This is the cycle of addiction in action:
Me: Where does your daughter live?
Mom: With me and my husband. She’s 50 years old, her husband asked her to move out because she won’t stop drinking and he’s just had it. But all she does is stay in her room all day on her phone. I’m afraid she’ll never get a job, get out of the house, etc.
Me: OK. Does she admit she’s an alcoholic?
Mom: Oh, yes. But we told her there is absolutely no drinking in the house. If we catch her drinking at home, we are taking her to a homeless shelter.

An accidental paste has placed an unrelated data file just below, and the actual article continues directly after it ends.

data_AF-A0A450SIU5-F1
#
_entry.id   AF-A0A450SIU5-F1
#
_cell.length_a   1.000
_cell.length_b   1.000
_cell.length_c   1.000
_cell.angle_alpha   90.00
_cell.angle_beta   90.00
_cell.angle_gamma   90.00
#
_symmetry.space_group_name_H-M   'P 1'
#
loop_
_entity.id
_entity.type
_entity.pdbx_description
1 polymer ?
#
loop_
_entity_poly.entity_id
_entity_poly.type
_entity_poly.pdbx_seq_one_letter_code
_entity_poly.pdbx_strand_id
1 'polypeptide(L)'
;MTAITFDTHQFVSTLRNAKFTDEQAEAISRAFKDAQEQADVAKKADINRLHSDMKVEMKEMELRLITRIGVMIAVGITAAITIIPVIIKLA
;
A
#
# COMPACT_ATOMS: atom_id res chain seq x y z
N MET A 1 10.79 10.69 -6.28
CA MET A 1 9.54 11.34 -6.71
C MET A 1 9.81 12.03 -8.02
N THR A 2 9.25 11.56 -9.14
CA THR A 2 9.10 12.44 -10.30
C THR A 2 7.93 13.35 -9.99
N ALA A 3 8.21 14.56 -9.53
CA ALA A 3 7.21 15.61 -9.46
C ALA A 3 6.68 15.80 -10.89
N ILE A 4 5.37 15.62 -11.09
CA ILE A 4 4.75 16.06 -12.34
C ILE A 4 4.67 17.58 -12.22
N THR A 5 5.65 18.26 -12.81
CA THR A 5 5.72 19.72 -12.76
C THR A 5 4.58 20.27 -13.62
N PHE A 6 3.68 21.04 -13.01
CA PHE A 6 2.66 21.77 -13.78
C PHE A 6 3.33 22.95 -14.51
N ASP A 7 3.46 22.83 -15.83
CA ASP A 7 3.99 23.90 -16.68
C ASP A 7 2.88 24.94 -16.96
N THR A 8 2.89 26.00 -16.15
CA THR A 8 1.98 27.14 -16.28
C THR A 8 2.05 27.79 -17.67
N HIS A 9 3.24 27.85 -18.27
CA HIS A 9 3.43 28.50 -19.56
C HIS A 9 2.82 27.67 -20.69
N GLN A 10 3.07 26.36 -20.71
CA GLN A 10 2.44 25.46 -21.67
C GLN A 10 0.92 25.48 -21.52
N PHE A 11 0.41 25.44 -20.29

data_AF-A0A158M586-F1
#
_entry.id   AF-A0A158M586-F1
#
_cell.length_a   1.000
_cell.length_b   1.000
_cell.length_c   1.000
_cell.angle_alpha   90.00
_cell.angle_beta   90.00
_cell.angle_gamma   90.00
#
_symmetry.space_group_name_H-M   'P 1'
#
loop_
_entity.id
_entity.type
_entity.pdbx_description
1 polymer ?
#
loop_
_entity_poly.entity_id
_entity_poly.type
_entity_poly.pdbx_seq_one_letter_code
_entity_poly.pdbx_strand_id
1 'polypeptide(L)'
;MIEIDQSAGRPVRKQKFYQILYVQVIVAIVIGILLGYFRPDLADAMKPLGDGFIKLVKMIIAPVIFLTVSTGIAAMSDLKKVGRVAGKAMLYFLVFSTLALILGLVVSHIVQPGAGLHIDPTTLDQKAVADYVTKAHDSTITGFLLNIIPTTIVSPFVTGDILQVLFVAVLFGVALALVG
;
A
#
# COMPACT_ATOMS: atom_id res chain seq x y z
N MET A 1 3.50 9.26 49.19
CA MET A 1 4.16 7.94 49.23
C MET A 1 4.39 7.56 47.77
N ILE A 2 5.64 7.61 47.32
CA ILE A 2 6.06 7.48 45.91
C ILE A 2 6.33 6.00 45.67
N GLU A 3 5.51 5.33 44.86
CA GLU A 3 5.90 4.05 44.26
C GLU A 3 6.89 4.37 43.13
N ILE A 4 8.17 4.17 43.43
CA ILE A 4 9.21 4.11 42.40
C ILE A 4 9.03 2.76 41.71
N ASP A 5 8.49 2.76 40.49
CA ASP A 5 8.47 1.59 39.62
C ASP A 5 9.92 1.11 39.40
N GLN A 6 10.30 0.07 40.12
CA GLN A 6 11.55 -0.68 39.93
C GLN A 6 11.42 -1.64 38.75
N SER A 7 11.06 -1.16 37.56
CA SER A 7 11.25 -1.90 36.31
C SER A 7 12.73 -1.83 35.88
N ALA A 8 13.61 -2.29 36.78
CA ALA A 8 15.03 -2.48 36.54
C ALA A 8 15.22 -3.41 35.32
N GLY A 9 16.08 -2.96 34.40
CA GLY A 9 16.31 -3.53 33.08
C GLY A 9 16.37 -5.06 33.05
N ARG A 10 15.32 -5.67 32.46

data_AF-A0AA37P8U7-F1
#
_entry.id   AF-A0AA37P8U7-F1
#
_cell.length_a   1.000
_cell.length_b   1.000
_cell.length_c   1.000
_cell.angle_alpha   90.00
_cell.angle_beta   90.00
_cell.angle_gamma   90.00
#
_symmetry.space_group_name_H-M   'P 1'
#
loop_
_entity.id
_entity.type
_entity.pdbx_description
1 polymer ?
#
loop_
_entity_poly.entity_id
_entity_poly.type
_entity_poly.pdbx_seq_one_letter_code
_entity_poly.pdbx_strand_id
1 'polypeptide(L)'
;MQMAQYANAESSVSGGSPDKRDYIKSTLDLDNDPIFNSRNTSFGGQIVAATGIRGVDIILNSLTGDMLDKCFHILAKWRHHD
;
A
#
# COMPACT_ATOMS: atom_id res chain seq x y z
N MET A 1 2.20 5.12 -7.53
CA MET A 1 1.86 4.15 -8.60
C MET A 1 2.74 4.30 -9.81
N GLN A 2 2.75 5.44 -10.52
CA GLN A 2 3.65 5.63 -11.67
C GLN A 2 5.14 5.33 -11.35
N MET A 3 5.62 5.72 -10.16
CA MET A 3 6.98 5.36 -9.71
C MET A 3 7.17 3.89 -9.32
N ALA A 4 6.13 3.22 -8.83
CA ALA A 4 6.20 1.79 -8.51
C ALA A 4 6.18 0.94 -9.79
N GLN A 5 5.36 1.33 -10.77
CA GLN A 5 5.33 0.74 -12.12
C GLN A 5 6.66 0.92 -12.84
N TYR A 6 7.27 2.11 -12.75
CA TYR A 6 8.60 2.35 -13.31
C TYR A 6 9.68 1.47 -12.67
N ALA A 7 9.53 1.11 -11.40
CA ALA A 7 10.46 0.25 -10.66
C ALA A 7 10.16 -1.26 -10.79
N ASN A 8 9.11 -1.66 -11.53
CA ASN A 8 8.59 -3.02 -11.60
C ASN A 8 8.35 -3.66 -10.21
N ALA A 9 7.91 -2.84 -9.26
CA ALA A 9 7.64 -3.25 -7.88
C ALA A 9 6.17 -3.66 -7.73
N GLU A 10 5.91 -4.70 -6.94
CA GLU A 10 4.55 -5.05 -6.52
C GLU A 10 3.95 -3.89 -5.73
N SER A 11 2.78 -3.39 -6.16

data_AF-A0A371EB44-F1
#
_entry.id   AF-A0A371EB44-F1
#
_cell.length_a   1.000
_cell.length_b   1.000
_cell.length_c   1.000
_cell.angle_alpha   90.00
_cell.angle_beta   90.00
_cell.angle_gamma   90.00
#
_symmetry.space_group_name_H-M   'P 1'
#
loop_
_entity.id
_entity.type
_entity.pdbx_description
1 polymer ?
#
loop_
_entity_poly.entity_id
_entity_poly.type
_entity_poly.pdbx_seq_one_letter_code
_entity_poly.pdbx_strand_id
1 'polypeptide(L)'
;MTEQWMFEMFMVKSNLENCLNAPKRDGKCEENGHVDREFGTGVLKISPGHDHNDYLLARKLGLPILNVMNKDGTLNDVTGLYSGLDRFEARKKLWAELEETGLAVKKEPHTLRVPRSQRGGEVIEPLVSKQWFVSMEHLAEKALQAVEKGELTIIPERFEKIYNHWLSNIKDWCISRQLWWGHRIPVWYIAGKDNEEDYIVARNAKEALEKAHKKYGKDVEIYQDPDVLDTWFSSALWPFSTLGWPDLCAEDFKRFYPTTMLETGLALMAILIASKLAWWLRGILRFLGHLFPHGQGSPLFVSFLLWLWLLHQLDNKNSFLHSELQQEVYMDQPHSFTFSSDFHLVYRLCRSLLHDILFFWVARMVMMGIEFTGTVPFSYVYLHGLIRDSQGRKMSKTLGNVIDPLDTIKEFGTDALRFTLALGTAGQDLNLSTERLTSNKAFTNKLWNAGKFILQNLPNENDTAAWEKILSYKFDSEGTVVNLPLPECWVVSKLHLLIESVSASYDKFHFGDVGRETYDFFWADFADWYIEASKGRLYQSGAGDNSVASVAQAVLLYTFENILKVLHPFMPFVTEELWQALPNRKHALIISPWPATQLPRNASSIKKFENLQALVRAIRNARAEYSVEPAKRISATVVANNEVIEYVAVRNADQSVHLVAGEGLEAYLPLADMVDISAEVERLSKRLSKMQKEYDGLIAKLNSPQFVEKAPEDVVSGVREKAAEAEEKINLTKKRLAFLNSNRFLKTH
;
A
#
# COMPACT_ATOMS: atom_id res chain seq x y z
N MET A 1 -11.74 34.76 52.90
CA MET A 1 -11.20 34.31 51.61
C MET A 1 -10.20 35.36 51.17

In this scenario, all that’s happening is someone is learning how to not get caught, how to be more sneaky, how to hide better, how to not let her parents see the bottles.
When you really understand addiction, you know that alcoholics will drink even when they say they are not.
Even when you ask them not to.
Even when you can’t see it.
This boundary or request does not make someone well.
When you understand that addiction is a family disease and admit that you are in over your head and that you don’t know how to handle this, you can learn how to speak about your boundaries in a clear, firm way and how to actually ensure someone is not drinking and getting the help they need.
If you are one of the millions of people who live in a similar scenario, we can help.